I think it’s time to face the facts. Games are better now than they have ever been. But they still don’t matter as much as they used to. It’s not that they’re not making crazy leaps and bounds in terms of storytelling, in terms of character development, in terms of how a game plays and what it makes you think about. It’s just that they don’t capture our imagination anymore.
When I was a kid, the barest hint of unfathomable technology or a world bigger than I knew was enough to catapult me into another stratosphere in terms of the experience – now, every pixel is hand-crafted to show me every bit of every single block of wood, every codex entry tells me ninety things I don’t necessarily need to know about the game’s world. And the magic is gone, because my imagination is told to lay low. Sit back and enjoy the ride. My imagination is doused like a flickering candle wick.
Occasionally, games will still fan this slightly smoldering flame. They ask us to think with Portals. Or they remind us what it’s like to be a kid again (Little Big Planet). Or they put us in another man’s shoes and allow us to feel out the world without putting us on a big leash (Half-Life 2). But they don’t capture our imaginations. They do a lot of the thinking for us. They strip our brains out of the equation and in doing so, leave to the wayside something that used to make games sing.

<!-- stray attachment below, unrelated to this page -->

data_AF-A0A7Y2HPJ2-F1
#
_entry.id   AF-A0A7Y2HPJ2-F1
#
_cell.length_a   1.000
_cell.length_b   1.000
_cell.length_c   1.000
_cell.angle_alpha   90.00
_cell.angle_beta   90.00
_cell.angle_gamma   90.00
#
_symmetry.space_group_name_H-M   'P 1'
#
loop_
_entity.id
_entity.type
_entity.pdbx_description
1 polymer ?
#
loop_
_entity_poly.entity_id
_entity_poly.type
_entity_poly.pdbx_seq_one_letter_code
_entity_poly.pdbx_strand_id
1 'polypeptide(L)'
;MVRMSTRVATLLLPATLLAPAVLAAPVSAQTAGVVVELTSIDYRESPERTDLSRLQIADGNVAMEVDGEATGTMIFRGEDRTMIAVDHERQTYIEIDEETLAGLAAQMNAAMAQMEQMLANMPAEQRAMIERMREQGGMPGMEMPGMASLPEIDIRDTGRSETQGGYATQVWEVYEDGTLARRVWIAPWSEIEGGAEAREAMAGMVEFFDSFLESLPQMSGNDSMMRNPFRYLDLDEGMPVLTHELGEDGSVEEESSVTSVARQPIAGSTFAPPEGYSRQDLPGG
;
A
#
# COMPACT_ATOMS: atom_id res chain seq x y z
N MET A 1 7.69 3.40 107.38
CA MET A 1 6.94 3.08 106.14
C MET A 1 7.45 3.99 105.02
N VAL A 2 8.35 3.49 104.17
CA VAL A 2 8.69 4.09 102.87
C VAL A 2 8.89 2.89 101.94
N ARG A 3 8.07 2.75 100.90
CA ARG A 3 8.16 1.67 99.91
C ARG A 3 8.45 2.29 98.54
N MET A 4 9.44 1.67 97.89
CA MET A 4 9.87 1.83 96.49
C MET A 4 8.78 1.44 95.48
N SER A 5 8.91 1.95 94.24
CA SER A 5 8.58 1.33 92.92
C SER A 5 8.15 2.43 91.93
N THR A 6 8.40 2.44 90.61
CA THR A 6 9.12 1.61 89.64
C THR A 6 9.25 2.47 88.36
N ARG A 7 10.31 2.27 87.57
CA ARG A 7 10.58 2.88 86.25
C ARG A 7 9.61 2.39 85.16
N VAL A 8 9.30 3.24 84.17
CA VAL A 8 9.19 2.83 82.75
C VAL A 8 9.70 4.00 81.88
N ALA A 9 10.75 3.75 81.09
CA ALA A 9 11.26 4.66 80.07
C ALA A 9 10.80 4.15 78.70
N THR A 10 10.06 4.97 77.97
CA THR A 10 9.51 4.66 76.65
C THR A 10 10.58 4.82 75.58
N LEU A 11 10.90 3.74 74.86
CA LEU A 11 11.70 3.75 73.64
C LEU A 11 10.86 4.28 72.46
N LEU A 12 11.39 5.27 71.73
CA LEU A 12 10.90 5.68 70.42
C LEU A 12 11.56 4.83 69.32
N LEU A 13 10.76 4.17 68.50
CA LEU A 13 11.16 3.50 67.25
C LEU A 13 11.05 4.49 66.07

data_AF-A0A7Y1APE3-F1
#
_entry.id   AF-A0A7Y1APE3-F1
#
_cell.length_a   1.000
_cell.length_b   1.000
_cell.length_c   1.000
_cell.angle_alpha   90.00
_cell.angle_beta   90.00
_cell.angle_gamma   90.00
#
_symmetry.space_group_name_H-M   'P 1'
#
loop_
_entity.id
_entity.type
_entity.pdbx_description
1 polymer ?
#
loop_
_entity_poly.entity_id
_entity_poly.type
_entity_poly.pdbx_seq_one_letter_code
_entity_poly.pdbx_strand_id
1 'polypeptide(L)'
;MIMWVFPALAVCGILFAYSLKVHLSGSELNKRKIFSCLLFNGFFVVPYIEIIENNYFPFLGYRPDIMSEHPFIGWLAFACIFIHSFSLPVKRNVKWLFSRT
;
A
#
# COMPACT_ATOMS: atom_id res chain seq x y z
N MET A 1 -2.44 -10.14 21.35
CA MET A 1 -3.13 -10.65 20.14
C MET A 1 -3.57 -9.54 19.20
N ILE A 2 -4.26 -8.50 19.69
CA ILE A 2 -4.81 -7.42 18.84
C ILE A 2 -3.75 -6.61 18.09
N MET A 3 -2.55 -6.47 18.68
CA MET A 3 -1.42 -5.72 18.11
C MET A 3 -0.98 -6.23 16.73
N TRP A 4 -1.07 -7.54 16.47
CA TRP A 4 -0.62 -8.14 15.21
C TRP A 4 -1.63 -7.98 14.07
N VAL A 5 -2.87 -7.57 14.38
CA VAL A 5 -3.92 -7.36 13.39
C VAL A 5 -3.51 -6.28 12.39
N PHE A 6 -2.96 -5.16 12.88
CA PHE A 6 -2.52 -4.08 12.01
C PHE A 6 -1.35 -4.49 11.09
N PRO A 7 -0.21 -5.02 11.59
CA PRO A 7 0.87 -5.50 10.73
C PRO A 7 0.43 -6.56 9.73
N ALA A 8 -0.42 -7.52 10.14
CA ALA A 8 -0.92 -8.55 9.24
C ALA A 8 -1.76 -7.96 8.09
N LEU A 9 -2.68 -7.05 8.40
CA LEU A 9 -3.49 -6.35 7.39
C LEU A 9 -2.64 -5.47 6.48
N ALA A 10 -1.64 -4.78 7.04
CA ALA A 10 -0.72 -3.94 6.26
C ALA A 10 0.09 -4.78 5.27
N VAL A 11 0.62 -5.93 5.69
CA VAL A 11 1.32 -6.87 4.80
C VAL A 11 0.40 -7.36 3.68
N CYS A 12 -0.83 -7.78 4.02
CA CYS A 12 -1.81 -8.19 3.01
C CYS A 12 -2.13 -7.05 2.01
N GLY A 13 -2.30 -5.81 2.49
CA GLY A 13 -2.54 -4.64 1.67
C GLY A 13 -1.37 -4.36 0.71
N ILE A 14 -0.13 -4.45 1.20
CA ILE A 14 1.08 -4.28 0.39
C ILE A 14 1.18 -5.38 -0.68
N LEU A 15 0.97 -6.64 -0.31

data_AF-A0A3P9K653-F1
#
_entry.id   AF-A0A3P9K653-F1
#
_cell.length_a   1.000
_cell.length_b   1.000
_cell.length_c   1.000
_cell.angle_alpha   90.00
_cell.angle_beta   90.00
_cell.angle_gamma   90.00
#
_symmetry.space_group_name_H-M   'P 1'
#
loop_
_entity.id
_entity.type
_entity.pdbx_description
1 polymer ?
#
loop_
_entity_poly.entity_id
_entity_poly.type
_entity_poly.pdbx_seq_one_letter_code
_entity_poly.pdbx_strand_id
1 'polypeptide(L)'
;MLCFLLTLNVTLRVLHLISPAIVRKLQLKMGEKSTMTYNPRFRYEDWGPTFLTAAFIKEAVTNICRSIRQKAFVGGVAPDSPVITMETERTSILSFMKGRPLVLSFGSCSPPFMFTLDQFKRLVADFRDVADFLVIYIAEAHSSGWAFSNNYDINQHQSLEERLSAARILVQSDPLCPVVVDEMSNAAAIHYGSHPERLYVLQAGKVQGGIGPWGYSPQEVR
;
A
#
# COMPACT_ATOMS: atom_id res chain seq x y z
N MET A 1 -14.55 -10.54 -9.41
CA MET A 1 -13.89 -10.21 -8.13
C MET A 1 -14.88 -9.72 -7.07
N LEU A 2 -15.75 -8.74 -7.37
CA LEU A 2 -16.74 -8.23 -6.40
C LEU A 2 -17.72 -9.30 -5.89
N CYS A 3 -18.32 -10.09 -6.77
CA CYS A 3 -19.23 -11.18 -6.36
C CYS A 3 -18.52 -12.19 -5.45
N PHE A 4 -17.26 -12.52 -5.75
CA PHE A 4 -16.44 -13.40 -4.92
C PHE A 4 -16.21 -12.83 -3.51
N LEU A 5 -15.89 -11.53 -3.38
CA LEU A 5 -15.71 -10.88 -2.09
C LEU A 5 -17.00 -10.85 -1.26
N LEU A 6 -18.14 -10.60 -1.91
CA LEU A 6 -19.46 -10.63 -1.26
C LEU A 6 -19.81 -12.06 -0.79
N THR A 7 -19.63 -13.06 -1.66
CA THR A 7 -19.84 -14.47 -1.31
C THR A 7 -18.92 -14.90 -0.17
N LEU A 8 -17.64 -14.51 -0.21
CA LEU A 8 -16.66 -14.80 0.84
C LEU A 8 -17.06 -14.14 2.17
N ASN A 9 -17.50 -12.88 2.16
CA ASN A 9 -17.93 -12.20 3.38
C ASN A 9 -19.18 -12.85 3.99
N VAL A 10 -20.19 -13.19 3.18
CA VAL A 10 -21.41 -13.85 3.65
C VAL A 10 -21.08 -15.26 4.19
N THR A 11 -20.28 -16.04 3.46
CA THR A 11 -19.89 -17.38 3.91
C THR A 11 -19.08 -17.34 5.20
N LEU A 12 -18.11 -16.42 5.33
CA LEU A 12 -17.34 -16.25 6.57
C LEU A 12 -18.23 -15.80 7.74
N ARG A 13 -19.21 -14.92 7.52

Maybe part of it is that we really did grow up alongside video games. It was an angsty teen when we were, awkwardly finding its place in the entertainment circle, struggling to figure out who it was and what its aspirations were. It made for a good companion. But as much as I love games, and as wonderful, fun and thought provoking as they are, something happened. They started wearing suits. They started eating right and going to bed early. They became adults, right when I did.
This is why I feel sorry for this generation’s kid gamers. I don’t think they’re going to know what it’s like to have an experience like I did. I’m not saying that it makes them less of gamers. I’m just saying I do wish they could have it.
Like I keep saying: games have gotten incredible. They’re breathtaking, huge and more exciting than ever before. But they quickly become irrelevant because they’re more focused on the same things other adults are focused on – success, procreation, dotting the i’s and crossing the t’s. They’re trying to wow me more than make me wonder. They want my money more than my engagement.
I do hold on to the hope that at some point, things will come full circle again. That game makers will give some of the reins back to us. But a bigger part of me worries that those days are long gone, and that the best part of games has already left us behind. Hopefully that’s just me being a gaming geezer, though.
So what do you guys think? Do you think games have grown up too much? Do they still fill you with the same sense of wonder they did when you were a kid? Is this more about us or more about the games themselves? Both? Also, read the FFVII letters. They rock.